Cars, car owners to avoid, and the man who lived in a Lamborghini

In America the most public love affair of all is the one with our cars. The freedom, the romance, the who-I-am statement of a car — in America it’s all so much more than a motor with four wheels. Some old German named Benz may have invented the modern automobile, but it was Americans like Henry Ford and Harley Earl who put them in every driveway and made them family, as much a part of our personality as the clothes we wear and the way we speak, an integral part of our personhood.

It’s not surprising, therefore, that when life’s stresses get to be a bit much, we take to our cars. Take a drive, clear the mind, lose your stresses in the slipstream. But some stresses are harder to lose than others. Case in point: Richard Jordan, who now lives in northern Texas.

In 2006 Mr. Jordan sold his cars, his house, and his established business to buy a house for him and his fiancee of five years to live in — only to have her leave him as soon as he moved in.

That there be some serious stress, as they might say in Texas. So Mr. Jordan decided he needed to go for a drive, clear his mind of his troubles. But these being big, big stresses and this being Texas, Mr. Jordan went big: He sold everything he had, including his household goods (wasn’t able to sell the house), put $90 000 down payment on a 512-horsepower, V-10, 195-mph Lamborghini Gallardo, left everything else behind and went for a drive.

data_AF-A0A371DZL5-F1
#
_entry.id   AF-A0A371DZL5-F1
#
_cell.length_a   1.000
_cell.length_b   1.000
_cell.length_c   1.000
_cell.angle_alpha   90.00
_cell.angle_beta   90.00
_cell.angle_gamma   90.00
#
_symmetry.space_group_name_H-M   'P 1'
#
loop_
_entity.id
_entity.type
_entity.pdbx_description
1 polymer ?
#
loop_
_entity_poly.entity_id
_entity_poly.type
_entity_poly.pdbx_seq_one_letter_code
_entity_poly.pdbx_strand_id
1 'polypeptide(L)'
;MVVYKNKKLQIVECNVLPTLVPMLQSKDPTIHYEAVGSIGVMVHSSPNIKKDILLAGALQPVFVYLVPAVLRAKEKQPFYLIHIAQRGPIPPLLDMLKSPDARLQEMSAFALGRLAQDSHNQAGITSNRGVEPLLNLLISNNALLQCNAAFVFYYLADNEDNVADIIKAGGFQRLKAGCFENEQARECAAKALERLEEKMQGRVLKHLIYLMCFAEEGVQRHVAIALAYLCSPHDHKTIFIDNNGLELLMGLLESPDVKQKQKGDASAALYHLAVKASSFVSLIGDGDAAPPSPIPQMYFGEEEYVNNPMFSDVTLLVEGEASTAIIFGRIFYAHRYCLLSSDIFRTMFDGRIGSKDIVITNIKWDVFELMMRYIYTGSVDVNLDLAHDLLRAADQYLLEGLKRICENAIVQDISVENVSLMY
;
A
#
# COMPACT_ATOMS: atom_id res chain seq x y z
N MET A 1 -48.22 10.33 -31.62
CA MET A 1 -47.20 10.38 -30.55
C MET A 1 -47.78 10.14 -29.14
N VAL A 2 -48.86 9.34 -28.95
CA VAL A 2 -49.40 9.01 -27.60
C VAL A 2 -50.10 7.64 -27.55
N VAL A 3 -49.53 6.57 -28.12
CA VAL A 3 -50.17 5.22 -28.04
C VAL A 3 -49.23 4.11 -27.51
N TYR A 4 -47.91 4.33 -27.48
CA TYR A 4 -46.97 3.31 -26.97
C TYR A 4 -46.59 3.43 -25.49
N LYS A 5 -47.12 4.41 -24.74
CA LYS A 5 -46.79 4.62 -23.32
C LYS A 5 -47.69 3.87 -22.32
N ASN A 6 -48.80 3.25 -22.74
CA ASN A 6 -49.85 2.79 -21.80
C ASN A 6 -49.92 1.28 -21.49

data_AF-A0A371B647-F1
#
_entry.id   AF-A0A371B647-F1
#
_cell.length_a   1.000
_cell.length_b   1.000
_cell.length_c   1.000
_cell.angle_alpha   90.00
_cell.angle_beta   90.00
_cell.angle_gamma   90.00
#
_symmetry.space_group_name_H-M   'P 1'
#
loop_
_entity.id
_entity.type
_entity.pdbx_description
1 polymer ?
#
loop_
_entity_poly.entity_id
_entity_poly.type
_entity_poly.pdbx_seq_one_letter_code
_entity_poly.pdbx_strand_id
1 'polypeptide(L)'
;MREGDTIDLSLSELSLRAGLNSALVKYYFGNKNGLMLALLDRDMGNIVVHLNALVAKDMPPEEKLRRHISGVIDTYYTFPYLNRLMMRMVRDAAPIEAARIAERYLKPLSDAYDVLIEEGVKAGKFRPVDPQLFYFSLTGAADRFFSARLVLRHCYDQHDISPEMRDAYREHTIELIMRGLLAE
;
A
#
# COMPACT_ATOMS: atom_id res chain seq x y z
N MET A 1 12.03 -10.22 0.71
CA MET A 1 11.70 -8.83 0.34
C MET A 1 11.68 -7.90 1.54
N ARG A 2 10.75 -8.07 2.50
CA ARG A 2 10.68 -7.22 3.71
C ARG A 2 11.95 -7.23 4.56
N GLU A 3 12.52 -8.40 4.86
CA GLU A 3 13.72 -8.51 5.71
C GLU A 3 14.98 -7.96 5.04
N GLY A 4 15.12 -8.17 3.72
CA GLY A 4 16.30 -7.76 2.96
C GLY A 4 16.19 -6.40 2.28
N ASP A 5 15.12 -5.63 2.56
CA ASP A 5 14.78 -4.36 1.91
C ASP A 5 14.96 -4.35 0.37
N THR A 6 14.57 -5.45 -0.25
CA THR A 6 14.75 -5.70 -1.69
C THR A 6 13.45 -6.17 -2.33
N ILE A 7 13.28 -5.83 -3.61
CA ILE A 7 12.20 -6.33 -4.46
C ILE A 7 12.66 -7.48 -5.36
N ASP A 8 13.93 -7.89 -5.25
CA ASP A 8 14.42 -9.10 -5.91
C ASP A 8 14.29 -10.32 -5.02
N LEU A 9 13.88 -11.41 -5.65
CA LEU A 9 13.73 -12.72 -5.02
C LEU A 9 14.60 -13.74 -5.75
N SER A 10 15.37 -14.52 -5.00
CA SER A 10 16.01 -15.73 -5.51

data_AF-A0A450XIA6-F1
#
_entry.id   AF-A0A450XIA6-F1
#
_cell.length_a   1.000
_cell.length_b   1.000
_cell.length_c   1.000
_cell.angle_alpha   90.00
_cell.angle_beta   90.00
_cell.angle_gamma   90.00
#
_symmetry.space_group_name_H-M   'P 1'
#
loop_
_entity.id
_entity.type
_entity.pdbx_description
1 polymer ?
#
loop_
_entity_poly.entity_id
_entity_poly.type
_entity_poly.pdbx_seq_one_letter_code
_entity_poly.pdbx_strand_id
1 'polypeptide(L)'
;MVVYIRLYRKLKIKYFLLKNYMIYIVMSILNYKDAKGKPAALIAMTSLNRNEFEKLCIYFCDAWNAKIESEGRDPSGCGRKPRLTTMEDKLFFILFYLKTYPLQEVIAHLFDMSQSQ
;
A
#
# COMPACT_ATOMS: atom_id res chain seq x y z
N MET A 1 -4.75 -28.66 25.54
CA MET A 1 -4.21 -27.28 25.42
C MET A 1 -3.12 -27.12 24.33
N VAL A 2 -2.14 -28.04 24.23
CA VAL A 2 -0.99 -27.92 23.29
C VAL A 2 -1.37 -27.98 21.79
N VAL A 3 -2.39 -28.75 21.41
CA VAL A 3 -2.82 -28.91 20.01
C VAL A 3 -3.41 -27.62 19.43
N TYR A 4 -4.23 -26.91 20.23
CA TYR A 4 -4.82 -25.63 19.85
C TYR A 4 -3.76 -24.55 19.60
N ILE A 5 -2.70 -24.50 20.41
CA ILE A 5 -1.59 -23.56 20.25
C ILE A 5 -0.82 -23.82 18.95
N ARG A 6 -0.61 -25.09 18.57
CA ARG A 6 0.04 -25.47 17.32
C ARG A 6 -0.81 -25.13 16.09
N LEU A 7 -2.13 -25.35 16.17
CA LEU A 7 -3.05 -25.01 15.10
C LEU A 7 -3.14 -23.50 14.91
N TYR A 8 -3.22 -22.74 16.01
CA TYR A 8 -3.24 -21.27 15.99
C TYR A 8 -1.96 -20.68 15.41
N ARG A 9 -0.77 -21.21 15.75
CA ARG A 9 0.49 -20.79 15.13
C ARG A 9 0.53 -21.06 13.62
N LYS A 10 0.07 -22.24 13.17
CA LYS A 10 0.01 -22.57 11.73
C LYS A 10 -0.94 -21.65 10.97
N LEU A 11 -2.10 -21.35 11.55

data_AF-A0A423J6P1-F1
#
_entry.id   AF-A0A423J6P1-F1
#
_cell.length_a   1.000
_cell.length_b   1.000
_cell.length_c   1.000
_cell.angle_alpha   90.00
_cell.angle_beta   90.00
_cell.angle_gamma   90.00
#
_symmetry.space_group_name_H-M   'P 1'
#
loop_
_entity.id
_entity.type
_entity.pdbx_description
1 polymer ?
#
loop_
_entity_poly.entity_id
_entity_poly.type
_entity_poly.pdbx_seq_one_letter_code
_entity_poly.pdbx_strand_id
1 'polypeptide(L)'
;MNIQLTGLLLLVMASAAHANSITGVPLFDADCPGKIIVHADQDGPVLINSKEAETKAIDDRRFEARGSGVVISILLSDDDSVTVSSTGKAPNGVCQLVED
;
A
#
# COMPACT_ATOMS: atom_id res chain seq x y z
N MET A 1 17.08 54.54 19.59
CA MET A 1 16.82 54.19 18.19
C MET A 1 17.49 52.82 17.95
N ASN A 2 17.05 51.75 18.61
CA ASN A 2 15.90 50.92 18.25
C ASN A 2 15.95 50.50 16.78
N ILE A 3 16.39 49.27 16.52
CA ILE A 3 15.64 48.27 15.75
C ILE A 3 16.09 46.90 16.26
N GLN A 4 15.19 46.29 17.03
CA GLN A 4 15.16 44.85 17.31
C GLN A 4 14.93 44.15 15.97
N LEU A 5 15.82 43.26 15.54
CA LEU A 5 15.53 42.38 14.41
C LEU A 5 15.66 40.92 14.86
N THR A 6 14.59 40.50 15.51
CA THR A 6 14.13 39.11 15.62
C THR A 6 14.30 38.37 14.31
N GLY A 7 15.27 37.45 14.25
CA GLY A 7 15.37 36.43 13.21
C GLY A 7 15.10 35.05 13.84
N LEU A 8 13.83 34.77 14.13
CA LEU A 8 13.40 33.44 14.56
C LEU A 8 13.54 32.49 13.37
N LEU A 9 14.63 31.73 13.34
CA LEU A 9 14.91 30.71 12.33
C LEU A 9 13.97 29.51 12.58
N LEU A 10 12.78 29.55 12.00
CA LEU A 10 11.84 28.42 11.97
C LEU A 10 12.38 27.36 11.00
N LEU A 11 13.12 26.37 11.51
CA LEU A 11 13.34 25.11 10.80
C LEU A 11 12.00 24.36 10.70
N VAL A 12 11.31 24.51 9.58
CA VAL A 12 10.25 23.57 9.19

And he kept driving. He crossed the country several times. He stayed in cheap motels, ate road food and at roadside diners, visited childhood places, always feeling he urge to keep moving. He racked up 53 tickets, in Indiana got arrested. He was confused for a rock star at a strip club in Ohio, in part because of the car. But, almost 92 000 miles later, he came home. Then, almost fittingly, the car died. See the full story in Jalopnik.

Curiously, also in Jalopnik this week is the other side of the car-love story: Car owners who love their cars so much that no one else can stand them. The ten examples are all tongue-in-cheek, but all too true. (Am I #9?) Full story.

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